droneA drone being flown by remote control by an amateur crashed into a skyscraper in Manhattan, reeled to the sidewalk below, and struck a man. You can watch a report of it on YouTube here.

Worried tourists atop the Seattle Space Needle called police when a drone buzzed the Needle and then returned to a nearby hotel.

This article reports that a groom was hit with a flying UAV at his wedding, and one crashed into spectators at a sporting event.

Motherboard.com reports that the DJI Phantom, the most popular commercially available drone, is a “magnet for reckless pilots.” Author Jason Koebler asks, “how, exactly, do you get people to not fly these things like a bunch of idiots?”

What would happen if a UAV got into an airport’s airspace? It wouldn’t be pretty.

Lest you think drone accidents only occur with amateurs, take a look at this map of the United States that shows the sites of drone accidents by amateur, professional, and military users.

Drones, also known as unmanned aerial vehicles (UAVs), are becoming popular. In fact, you can buy one on Amazon for around $500. And they aren’t always about accidents.

Farmers can check their crops with them; also, drones can monitor wildlife, transport medicine, and put out wildfires, according to gizmodo.com. And a drone is being developed by three hardy young scientists to chase storms and fly into tornadoes in an effort to understand them better.

Although the FAA has limited UAVs to noncommercial uses, Hollywood movie companies have been given a pass to use them. “[O]ne is still able to fly as a hobbyist over their property. They can also take pictures of non-commercial items,” says John Fulton, Auburn University Extension precision agriculture specialist.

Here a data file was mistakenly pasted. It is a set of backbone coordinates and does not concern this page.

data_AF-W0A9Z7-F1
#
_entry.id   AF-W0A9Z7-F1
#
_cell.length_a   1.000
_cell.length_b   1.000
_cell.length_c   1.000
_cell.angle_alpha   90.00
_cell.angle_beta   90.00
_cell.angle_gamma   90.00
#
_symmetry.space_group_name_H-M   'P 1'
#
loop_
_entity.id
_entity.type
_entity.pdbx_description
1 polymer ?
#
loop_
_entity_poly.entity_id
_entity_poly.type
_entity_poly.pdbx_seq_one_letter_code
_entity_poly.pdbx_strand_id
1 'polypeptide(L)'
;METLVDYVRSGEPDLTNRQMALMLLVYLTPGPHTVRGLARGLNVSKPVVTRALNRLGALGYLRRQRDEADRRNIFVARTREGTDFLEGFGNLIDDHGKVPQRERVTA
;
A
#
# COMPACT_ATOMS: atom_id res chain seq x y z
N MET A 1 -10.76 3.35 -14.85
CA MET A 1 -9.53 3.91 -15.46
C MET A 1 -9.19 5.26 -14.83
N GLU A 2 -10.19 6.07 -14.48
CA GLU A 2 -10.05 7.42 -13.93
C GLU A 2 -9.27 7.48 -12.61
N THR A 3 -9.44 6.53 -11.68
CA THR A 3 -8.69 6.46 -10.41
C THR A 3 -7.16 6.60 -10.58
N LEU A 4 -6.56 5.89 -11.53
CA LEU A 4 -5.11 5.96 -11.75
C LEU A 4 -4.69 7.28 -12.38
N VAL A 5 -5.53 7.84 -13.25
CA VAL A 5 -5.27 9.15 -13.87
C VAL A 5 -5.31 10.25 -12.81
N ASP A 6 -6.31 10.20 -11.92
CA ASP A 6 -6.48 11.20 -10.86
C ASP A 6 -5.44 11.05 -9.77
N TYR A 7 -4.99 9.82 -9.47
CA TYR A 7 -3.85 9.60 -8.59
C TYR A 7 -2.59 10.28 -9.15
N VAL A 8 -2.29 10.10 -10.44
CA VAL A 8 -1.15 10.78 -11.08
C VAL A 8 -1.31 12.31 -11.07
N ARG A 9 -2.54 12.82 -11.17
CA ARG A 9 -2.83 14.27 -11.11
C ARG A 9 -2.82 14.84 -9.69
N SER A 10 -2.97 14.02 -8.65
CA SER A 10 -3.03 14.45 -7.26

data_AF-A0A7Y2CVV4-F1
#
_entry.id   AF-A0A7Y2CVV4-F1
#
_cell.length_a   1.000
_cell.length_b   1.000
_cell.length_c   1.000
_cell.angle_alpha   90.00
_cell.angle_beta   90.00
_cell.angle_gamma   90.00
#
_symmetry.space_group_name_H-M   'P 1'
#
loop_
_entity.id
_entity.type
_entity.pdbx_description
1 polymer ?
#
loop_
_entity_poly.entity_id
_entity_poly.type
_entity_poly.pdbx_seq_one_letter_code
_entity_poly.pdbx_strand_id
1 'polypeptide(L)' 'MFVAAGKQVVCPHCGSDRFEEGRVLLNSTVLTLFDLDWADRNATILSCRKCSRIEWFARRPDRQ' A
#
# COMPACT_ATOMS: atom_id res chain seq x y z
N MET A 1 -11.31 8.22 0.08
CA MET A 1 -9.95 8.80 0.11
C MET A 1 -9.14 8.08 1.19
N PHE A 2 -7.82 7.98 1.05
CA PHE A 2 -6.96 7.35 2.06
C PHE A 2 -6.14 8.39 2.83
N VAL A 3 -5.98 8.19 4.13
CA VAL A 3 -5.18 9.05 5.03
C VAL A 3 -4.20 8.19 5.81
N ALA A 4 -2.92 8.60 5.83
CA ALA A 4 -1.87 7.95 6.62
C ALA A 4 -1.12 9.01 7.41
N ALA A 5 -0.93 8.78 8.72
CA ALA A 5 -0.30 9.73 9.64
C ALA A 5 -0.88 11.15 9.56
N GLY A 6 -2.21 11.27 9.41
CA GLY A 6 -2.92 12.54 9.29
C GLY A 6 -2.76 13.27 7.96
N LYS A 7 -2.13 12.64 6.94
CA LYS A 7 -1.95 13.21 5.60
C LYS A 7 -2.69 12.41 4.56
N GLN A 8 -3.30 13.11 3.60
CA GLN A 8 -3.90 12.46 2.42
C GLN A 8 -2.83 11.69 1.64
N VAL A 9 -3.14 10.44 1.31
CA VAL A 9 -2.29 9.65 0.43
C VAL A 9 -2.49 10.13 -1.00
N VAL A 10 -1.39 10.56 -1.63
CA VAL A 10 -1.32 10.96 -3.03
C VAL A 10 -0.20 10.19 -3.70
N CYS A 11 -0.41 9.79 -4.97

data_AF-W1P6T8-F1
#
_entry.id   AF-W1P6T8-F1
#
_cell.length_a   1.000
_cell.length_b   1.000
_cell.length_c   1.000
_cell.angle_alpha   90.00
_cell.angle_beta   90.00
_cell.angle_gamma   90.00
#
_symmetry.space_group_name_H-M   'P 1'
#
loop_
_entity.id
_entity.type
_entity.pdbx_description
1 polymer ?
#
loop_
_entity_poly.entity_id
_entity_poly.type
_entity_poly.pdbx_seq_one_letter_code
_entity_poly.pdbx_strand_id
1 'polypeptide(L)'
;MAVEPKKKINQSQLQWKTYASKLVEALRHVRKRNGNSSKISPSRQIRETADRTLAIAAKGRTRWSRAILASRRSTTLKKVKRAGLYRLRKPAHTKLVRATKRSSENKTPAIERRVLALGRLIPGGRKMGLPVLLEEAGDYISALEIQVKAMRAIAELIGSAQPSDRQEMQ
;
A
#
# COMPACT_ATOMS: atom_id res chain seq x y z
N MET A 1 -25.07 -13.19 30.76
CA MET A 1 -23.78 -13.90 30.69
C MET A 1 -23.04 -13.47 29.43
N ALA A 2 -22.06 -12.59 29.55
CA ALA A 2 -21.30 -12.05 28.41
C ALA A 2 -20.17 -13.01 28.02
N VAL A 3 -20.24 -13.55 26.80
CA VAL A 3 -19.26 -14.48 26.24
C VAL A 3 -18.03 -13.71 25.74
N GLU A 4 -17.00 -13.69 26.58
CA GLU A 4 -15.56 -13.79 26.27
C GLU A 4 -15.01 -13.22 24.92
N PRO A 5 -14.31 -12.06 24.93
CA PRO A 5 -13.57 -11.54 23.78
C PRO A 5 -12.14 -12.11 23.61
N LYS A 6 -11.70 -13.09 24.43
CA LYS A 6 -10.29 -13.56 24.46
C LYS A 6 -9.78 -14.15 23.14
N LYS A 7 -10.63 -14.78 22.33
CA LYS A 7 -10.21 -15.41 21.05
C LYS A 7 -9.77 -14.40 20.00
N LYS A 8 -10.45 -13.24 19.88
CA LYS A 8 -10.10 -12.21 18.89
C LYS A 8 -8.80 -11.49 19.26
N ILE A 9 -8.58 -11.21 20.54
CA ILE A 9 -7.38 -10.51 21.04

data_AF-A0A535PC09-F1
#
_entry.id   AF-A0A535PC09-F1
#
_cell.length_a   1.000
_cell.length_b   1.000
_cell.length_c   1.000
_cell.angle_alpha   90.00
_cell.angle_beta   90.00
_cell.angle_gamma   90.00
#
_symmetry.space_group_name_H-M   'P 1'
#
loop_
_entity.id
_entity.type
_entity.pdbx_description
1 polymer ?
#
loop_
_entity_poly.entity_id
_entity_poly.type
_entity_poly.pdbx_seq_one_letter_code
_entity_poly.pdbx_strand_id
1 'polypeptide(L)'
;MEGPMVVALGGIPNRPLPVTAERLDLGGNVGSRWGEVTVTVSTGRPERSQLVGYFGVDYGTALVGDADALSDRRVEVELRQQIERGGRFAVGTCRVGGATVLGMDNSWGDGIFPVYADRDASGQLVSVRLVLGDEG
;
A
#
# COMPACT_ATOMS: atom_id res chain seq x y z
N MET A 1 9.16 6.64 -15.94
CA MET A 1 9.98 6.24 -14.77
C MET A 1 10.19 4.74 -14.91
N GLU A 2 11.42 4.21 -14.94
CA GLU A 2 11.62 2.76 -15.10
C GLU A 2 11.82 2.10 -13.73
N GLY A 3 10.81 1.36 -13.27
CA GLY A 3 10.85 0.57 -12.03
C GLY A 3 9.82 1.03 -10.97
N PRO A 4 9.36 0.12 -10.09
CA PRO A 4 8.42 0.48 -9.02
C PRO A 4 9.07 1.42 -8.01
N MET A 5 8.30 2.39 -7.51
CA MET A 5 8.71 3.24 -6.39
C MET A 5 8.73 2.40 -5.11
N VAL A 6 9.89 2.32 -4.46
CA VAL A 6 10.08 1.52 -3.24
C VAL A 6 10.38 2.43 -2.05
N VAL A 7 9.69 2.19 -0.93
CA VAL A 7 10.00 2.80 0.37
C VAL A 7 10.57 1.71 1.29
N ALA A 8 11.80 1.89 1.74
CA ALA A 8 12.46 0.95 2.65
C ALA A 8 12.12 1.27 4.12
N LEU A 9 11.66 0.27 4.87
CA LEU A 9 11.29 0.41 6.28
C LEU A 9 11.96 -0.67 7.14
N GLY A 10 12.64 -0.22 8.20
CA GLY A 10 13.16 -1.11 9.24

Of course, all this talk of UAVs or drones brings up issues of privacy, but we’ll save that for another prompt.

Now it’s your turn: Where do you stand on the issue of drones? Do you think that their usefulness outweighs their potential for accidents? Should they be regulated or licensed to prevent more accidents? Should they be allowed to fly in crowded areas? If you could use a drone for anything, what would you use it for? Write a paragraph or two to give your opinion. Use one or two solid reasons why you hold this view.

If you would like to learn about a pizza delivery tip of over $1000, click here.

Copyright © 2014 by Sharon Watson

Original image courtesy of pilipenkod, dollarphotoclub.com

Do you have an idea for a writing prompt? Contact Sharon Watson by clicking here.

Teachers, connect with Sharon on Facebook or Pinterest!

The Informer Fall 2014Do your students tell you they have ideas in their heads but can’t get them on paper? Click here to get help with that problem in my latest article “Writing: Let’s Make it Easier!” in The Informer. You’ll want to go to page 7.

Want daily writing prompts to tempt reluctant writers and delight eager ones? Find out more about Sharon’s daily writing prompts posted on SchoolhouseTeachers.com under “Dailies” or click here.

Get a FREE writing lesson by subscribing to more high school writing prompts, middle school writing prompts, or Sharon’s blog! Use the Subscribe form in the column to the right.

the-power-in-your-hands writing-fiction-in-high-school Check out the innovative The Power in Your Hands: Writing Nonfiction in High School for your complete high school writing curriculum needs. If you have a storyteller at home, try Writing Fiction [in High School] with hundreds of examples from popular fiction and classical literature.